“Te Whatu Ora has taken its racial separatism a step further and is now asking pharmacists to act as ethnic enforcers, providing extra services to people solely because of ethnicity. Where will this madness end?” Asks ACT’s Health spokesperson Brooke van Velden.
“The Community Pharmacy Minor Ailments Service allows pharmacies in selected areas to consult and provide treatment aids for a range of ‘common, uncomplicated conditions which can be diagnosed and managed without medical intervention.’ The catch, eligibility for the service is based on race. The service is offered only to children under 14 (and their whānau if they have the same illness), Community Service Card holders, or Māori and Pacific people. In other words, if you’re over 14, don’t have a CSC and aren’t Māori or Pacific, you’re ineligible.
“What’s worse, Labour has made pharmacists the enforcers of their ideology by lumping them with the undesirable job of figuring out what ethnicity patients are. Guidance from Te Whatu Ora says ‘teams should consider how patient ethnicity can be determined in a sensitive manner to avoid difficult conversations for both the patient and your team.’ That is official Government guidance to healthcare professionals determining access to a service in 2023. Most pharmacists have entered the role to help their communities, Labour is now telling them to treat people differently based on their race.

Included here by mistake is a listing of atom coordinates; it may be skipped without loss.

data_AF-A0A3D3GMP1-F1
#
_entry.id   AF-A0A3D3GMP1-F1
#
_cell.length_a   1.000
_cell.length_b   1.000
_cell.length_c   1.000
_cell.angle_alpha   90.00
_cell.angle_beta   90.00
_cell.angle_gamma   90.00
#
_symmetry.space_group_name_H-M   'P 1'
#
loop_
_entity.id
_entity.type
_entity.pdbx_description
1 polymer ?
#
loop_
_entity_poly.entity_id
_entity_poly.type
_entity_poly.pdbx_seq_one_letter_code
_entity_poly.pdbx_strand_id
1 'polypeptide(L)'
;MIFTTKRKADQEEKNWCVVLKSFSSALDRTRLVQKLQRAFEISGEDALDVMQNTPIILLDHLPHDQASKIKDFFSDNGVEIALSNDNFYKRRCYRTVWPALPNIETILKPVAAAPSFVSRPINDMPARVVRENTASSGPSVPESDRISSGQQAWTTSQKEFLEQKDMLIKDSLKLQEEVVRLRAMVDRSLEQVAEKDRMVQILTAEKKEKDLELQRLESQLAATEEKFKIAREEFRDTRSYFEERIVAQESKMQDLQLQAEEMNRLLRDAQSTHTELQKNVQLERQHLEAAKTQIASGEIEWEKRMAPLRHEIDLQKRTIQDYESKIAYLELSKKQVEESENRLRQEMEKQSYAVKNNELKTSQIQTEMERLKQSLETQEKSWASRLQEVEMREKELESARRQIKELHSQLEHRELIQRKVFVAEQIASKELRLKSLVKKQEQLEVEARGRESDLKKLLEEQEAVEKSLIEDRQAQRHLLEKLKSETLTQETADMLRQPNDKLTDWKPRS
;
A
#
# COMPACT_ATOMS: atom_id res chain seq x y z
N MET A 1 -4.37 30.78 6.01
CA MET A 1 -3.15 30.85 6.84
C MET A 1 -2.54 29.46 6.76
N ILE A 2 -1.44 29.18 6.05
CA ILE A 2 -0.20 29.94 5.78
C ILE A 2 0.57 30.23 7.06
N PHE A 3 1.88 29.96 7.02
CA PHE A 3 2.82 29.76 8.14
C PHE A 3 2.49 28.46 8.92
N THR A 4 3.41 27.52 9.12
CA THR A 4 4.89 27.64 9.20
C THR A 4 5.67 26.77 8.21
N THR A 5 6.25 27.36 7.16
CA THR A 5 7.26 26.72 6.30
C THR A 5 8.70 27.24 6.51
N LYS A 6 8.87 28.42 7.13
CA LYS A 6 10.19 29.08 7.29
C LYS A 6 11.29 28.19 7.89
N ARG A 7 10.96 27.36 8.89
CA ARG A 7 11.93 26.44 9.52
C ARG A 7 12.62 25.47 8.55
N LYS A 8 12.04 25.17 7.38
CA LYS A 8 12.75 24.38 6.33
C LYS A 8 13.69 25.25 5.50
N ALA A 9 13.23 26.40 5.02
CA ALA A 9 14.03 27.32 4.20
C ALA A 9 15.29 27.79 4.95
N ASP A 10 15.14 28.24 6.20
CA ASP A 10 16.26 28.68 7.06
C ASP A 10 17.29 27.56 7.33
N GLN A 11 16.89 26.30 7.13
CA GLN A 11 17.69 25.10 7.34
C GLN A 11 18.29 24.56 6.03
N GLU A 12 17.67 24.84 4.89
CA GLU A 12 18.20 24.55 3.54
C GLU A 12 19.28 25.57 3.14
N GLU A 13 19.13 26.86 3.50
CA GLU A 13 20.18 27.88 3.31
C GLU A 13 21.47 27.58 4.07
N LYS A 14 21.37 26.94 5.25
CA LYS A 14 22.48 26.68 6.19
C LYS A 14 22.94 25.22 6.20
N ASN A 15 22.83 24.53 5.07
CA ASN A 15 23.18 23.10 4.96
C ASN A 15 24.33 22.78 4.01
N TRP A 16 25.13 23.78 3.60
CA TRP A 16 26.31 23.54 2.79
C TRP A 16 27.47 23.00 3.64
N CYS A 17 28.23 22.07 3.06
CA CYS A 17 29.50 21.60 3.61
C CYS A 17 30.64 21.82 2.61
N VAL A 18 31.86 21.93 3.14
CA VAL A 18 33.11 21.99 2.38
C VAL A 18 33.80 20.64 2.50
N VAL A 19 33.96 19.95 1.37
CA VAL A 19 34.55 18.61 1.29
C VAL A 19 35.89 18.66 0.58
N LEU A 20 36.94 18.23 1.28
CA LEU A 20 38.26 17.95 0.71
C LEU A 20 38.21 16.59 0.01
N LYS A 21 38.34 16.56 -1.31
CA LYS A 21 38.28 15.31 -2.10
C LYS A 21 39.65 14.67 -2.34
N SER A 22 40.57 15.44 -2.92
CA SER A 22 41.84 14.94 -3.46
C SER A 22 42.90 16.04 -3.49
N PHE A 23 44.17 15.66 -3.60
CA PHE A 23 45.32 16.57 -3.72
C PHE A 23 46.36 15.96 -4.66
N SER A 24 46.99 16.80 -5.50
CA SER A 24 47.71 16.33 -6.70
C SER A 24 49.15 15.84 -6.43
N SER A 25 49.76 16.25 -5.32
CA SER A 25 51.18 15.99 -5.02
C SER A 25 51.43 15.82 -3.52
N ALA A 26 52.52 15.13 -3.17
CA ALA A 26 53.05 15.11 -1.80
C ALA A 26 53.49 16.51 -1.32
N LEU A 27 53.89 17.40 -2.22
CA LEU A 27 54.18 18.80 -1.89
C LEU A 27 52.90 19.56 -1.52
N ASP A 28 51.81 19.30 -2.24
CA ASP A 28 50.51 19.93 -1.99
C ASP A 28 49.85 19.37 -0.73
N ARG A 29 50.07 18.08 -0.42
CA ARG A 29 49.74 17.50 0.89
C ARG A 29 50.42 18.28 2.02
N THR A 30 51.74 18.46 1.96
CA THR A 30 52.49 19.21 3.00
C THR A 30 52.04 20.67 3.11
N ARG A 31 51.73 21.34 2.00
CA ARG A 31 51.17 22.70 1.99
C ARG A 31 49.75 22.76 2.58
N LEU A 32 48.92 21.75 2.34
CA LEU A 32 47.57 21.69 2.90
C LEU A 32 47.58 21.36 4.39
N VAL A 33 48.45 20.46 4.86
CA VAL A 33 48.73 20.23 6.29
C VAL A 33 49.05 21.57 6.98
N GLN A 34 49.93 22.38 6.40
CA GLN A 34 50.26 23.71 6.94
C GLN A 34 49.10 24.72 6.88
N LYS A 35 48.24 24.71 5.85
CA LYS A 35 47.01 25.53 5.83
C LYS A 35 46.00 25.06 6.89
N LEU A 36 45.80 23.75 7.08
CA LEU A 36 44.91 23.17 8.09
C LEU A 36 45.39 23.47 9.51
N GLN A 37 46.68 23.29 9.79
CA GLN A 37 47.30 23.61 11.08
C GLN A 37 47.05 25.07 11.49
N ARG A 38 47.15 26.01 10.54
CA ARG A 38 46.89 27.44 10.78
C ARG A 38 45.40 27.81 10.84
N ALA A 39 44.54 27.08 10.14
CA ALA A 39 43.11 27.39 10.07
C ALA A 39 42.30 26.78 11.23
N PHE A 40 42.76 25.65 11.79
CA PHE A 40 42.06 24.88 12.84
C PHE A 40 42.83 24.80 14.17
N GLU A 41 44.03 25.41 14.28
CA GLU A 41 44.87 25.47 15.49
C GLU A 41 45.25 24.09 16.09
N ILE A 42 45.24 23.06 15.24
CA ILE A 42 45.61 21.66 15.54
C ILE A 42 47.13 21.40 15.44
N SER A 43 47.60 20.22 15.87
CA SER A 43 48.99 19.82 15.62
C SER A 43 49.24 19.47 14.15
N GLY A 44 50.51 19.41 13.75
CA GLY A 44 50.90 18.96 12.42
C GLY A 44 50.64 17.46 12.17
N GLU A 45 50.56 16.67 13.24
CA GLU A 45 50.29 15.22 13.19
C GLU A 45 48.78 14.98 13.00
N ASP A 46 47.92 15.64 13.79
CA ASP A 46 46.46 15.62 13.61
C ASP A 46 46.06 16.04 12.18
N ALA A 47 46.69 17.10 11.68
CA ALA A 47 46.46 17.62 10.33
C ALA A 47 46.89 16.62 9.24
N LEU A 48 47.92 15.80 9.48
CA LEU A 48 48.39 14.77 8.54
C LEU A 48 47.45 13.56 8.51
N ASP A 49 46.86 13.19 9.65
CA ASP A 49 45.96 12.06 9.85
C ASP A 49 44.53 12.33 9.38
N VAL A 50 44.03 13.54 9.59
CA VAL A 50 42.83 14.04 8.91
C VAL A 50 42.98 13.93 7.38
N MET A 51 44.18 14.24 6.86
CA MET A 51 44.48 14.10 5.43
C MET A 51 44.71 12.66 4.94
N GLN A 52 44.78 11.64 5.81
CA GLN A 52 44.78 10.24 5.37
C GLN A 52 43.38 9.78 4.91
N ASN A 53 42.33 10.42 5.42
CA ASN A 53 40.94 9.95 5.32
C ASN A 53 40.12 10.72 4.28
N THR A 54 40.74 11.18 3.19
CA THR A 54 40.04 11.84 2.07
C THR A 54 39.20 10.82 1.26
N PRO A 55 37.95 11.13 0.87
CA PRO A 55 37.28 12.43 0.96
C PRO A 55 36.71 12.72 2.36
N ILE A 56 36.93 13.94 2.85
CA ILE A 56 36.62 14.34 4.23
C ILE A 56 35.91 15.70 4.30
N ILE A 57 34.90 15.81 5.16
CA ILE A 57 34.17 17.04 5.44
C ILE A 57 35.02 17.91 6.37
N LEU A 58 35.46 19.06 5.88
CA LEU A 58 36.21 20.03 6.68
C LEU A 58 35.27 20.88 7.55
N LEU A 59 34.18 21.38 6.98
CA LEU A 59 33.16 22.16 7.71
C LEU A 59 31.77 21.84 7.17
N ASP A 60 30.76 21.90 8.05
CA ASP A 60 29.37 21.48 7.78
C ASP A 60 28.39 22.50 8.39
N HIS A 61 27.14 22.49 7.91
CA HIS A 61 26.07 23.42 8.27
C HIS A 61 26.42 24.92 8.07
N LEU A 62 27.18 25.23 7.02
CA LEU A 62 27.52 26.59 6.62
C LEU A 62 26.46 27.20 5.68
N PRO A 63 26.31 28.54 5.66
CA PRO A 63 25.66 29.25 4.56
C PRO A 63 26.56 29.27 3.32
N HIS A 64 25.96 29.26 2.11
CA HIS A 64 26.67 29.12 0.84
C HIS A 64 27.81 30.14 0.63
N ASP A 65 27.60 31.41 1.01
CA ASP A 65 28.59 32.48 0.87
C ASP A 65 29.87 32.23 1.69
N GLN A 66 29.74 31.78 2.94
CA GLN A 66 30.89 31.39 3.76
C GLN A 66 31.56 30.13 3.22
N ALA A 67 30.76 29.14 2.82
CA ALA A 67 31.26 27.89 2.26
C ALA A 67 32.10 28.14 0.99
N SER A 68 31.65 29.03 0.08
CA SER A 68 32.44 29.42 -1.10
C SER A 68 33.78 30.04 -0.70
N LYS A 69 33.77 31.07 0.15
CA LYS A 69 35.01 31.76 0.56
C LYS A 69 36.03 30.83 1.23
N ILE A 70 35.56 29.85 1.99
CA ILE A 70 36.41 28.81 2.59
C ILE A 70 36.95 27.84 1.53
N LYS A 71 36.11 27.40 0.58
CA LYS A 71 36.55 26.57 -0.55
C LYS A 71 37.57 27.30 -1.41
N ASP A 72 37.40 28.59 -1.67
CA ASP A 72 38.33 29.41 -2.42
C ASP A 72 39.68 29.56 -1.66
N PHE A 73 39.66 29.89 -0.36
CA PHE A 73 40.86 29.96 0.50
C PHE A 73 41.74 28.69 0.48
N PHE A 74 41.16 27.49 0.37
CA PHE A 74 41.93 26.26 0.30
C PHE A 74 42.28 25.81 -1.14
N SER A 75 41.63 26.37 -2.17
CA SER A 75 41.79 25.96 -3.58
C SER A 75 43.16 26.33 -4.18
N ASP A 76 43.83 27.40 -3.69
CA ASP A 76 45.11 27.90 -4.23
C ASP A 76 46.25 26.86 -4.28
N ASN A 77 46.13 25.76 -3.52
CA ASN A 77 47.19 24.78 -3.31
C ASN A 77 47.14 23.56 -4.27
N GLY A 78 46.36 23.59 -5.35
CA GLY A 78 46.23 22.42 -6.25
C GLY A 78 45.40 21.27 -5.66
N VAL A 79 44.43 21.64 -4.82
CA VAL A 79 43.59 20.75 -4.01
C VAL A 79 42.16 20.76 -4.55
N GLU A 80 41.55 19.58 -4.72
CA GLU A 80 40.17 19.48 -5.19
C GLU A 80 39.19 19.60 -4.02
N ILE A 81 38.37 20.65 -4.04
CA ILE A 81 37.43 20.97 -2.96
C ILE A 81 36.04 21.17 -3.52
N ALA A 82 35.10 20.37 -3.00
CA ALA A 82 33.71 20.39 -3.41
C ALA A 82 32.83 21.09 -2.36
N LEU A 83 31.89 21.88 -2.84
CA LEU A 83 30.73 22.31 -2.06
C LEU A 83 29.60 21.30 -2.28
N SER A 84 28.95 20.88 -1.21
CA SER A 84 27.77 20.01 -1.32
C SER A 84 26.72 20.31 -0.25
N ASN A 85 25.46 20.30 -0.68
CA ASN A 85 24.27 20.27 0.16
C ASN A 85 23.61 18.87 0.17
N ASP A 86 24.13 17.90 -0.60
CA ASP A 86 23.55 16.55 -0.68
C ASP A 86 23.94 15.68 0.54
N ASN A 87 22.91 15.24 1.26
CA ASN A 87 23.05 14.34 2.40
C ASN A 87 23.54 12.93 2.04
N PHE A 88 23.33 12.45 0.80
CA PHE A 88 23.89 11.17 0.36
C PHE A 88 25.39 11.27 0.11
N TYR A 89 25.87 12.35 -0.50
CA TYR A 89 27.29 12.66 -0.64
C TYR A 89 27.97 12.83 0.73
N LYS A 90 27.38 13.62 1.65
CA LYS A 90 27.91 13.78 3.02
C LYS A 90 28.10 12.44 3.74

“Asking pharmacists to racially profile their customers won’t fix anything. Rationing healthcare by race doesn’t address the causes of poor health, it’s just a sop to make Labour politicians feel like they’re doing something. The only thing race-based healthcare will deliver is resentment and division.
“Labour’s race-based provision of healthcare has gone far enough. The equity adjuster tool prioritises Māori and Pacific people on surgical waitlists in Auckland, access to certain medicines is determined by ethnicity, and now if you’re the wrong race you miss out on convenient consultation and treatment for minor conditions.
“ACT will address the causes of poor health outcomes, by investing in education, by making it easier to build affordable housing, and by properly funding healthcare – especially primary healthcare – so that everybody – including Māori and Pacific people – can see a doctor when they are unwell and can get help to live a healthy lifestyle.
“Labour never asked New Zealanders if they wanted access to public healthcare to be determined by ethnicity, and even now they won’t be open about the extent to which ethnicity determines access. ACT, on the other hand, will be direct with Kiwis – no ACT Government will use ethnicity to determine access to public healthcare.”